July 12, 2024
Military Sexual Trauma Cause PTSD

Understanding the Impact of Military Sexual Trauma on Mental Health

Military sexual trauma is common and can impact both women and men. This type of assault often goes unreported and may result in adverse mental health outcomes.

MST is linked to a variety of mental health conditions, including PTSD, depression, and anxiety. It can also lead to substance abuse and physical health problems.

Post-Traumatic Stress Disorder (PTSD)

Almost everyone feels some distress after experiencing a traumatic event. However, if those feelings persist and cause a person to experience significant distress in their daily life, it may be time to see a mental health professional.

Symptoms of PTSD from MST fall into four categories: intrusive symptoms (nightmares or flashbacks that replay the trauma); avoidance (staying away from places, people, or thoughts that remind you of the trauma); increased arousal (being startled easily, difficulty concentrating or sleeping problems) and changes in thinking or mood (feeling hopelessness or believing others cannot be trusted).

To diagnose PTSD, a healthcare provider will review your history and symptoms. Psychotherapy (talk therapy), such as cognitive behavioral therapies like eye movement desensitization and reprocessing, prolonged exposure, and cognitive processing therapy, are effective treatments for PTSD. In addition, medication can be used as an adjunct treatment to reduce a person’s distress.


Military sexual trauma is common and can have lasting effects, including PTSD, depression, and suicidal thoughts. Fortunately, with the proper support and treatment, survivors of MST can overcome this trauma and go on to lead fulfilling lives outside of the military.

It is essential to understand that while women veterans most often experience MST, male service members can also experience unwanted sexual advances and behavior. Sexual assault and harassment in the military can take many forms, including unwanted touching or grabbing, comments about a Veteran’s body or sexuality, and even forceful coercion.

Depression caused by MST can lead to problems with interpersonal relationships and social functioning, as well as issues relating to work and family life. Moreover, it can cause physical health problems, such as chronic pain issues, weight or eating problems, and constant jitteriness and exhaustion from hyper-vigilance. Some people turn to self-harm or substance abuse as a way of dealing with these symptoms, but this is not helpful in the long term.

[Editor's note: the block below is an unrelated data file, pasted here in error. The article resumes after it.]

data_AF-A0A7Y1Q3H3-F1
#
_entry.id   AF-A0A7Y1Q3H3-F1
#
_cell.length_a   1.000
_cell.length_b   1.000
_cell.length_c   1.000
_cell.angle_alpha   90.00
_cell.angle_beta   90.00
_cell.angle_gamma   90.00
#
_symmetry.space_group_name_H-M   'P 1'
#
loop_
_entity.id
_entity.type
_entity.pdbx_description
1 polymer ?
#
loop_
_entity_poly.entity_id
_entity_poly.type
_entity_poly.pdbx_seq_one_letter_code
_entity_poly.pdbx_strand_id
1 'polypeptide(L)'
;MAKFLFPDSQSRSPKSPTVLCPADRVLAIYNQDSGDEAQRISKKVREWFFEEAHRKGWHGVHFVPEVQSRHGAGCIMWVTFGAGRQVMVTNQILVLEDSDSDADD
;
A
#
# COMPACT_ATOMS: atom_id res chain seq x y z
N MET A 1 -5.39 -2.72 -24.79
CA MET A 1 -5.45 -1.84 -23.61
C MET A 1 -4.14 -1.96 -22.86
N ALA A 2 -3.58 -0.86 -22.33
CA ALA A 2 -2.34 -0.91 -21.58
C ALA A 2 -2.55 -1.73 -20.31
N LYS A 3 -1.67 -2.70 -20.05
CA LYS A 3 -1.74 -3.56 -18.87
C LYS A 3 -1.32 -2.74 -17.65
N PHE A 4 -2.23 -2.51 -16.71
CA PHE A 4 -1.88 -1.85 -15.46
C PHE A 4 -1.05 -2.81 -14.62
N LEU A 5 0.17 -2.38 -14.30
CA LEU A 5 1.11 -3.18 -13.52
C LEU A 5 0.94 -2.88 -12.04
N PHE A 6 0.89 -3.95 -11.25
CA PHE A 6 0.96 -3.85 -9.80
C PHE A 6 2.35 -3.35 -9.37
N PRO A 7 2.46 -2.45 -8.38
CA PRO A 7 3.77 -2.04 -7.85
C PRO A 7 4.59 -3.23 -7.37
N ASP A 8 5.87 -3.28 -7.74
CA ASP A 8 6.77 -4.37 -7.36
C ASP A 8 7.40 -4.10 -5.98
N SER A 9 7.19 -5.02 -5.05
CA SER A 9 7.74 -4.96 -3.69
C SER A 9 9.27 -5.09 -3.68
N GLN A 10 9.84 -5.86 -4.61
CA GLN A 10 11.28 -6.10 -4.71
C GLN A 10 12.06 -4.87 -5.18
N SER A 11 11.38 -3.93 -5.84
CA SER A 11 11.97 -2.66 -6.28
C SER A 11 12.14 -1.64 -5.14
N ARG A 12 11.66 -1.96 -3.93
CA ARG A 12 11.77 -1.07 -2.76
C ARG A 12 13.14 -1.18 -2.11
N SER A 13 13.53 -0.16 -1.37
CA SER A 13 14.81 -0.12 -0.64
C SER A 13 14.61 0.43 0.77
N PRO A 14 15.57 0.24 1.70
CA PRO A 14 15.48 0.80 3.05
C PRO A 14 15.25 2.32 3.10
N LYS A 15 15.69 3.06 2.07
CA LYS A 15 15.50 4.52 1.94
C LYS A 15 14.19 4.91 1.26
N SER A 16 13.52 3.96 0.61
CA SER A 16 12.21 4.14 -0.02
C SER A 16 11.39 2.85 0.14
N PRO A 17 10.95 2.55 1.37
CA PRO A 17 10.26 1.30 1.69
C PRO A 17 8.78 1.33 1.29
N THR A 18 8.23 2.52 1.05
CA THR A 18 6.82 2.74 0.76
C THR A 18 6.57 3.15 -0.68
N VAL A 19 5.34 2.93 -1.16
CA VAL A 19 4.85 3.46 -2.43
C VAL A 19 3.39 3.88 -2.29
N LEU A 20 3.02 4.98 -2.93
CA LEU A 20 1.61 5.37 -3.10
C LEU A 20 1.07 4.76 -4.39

Those who have experienced MST often struggle with intense levels of anxiety. This can result in stomach or bowel problems, jitteriness, and exhaustion. It can also interfere with sleep and cause issues with the body’s hormone levels.

Survivors can face additional challenges when seeking mental health services to heal from MST. They may fear the repercussions of reporting assaults or harassment, mainly when it is perpetrated by someone who is their supervisor or outranks them. This type of abuse can damage the trust and camaraderie that are so critical to military success, and it can have negative consequences for their career prospects.

MST can occur in any military branch, affecting all genders. It can occur as the result of a physical assault or sexual harassment, or it can be a combination of both. However, not all MST survivors will experience these adverse outcomes. This can depend on their overall experience, coping abilities, and resiliency features.


The trauma of military sexual assault can lead to a loss of control and self-worth, often compounding the feeling of being betrayed by their community. For many, the feelings of anger and resentment can build up until they reach a breaking point, resulting in suicidal thoughts or behaviors.

Sexual victimization in the context of MST is unique because it involves not only interpersonal betrayal but also feelings of institutional betrayal (e.g., fear of reprisal or ostracism, having to work and live alongside perpetrators). These factors can make it even more challenging to report incidents of MST than in other settings.

MST survivors who are struggling with symptoms of PTSD and depression should seek the help of a counselor, therapist, or treatment program. These programs and professionals can help them heal from their trauma so they can begin to reclaim a sense of purpose and meaning in life again. It will likely take time and multiple treatments, but a survivor of MST can find healing and enjoy a fulfilling life outside the military.

Pratap Patil

Hi, I'm Pratap Patil and I am a Tech Blogger from India. I like to post about technology and product reviews to the readers of my blog. Apart from blogging love to travel and capturing random faces on street.

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